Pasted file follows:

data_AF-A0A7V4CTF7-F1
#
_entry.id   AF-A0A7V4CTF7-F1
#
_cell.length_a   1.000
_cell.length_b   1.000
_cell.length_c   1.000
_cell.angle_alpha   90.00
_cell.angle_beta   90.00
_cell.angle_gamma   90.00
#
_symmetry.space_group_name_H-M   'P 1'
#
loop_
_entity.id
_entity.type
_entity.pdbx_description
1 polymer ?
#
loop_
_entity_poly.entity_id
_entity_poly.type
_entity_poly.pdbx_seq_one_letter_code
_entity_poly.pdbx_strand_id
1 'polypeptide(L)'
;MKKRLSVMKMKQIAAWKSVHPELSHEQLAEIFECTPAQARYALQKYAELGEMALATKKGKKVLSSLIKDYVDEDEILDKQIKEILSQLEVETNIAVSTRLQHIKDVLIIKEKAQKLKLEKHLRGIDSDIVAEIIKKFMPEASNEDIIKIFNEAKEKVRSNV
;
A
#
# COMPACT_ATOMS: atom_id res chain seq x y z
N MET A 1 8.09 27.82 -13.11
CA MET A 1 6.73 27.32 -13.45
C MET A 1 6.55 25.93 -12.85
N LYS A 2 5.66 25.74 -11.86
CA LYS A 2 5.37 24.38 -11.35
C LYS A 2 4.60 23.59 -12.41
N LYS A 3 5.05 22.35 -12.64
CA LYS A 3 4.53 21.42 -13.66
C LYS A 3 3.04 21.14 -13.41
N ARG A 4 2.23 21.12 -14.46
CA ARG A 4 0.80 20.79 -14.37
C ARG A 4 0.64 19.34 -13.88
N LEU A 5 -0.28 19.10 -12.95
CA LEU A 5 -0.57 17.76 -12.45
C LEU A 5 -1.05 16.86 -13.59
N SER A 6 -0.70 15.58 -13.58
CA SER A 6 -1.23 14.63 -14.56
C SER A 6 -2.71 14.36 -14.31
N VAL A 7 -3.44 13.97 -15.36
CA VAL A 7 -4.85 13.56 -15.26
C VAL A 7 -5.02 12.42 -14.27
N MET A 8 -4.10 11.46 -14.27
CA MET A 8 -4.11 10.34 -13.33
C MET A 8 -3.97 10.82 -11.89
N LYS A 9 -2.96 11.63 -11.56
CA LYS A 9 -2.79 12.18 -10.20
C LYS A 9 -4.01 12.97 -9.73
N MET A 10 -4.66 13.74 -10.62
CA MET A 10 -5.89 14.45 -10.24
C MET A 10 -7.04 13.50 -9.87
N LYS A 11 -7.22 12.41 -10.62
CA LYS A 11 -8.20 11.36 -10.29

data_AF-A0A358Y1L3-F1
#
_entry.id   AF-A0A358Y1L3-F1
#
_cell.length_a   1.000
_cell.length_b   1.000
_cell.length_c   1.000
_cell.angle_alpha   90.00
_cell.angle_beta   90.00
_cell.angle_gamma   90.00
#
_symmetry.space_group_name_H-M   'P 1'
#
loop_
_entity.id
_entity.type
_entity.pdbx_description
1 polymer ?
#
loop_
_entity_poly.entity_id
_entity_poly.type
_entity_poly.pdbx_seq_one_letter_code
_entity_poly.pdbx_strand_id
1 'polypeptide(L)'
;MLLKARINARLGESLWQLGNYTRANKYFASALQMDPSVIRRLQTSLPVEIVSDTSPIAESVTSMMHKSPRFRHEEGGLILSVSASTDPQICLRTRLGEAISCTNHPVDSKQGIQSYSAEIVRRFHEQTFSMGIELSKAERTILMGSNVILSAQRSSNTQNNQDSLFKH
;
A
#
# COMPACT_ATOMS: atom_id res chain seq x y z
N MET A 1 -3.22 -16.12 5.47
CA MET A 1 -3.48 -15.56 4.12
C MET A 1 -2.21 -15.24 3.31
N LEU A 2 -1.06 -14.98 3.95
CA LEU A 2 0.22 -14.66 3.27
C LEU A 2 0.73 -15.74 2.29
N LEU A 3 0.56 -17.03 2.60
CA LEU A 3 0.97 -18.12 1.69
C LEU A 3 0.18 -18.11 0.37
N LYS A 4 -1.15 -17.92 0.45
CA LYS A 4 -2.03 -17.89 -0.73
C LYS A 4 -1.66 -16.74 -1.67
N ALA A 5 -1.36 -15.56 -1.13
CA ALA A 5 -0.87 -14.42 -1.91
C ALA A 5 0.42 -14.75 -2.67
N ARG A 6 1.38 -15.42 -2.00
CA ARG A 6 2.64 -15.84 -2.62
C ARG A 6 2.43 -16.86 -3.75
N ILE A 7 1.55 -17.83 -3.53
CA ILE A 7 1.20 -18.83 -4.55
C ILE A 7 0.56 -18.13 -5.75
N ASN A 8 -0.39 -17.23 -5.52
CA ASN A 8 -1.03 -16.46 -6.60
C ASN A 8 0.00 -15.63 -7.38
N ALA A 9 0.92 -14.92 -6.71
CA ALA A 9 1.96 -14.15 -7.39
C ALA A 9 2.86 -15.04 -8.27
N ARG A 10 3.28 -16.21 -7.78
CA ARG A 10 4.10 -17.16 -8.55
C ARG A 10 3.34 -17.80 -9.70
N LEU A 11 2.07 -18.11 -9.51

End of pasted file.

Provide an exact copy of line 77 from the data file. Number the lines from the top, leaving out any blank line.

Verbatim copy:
_entity.id